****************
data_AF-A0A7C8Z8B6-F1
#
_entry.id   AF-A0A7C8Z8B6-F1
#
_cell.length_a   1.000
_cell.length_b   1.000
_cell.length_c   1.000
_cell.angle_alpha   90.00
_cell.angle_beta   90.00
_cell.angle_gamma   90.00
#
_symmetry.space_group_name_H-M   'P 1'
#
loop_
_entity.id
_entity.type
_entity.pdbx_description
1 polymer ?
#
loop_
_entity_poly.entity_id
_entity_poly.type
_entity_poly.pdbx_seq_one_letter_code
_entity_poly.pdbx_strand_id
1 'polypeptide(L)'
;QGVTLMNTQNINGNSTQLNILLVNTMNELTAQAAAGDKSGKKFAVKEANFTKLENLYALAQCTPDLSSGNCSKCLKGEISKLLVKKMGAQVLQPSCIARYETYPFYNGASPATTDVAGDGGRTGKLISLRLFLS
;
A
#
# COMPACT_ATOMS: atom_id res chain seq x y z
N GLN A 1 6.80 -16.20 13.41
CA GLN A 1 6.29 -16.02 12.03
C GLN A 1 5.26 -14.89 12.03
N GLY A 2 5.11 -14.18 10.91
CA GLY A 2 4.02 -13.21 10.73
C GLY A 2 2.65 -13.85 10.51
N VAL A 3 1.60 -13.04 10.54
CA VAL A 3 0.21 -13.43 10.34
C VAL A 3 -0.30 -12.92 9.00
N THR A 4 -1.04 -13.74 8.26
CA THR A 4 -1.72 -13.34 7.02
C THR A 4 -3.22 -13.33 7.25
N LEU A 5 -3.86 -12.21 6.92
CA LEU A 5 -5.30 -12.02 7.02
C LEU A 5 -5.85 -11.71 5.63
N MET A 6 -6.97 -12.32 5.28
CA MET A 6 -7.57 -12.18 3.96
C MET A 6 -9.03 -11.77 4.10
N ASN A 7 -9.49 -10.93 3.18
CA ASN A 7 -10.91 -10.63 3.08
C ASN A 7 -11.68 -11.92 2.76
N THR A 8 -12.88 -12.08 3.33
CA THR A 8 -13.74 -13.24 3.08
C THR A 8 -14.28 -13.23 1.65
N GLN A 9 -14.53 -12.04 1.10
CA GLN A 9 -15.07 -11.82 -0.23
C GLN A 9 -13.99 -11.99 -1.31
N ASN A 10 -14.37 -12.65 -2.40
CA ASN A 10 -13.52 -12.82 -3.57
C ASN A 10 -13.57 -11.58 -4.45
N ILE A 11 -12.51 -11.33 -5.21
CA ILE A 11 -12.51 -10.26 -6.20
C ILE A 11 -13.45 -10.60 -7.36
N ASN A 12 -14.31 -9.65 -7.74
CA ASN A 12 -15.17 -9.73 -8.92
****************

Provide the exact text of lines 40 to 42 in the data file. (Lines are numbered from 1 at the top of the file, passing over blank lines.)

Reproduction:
N THR A 4 -1.04 -13.74 8.26
CA THR A 4 -1.72 -13.34 7.02
C THR A 4 -3.22 -13.33 7.25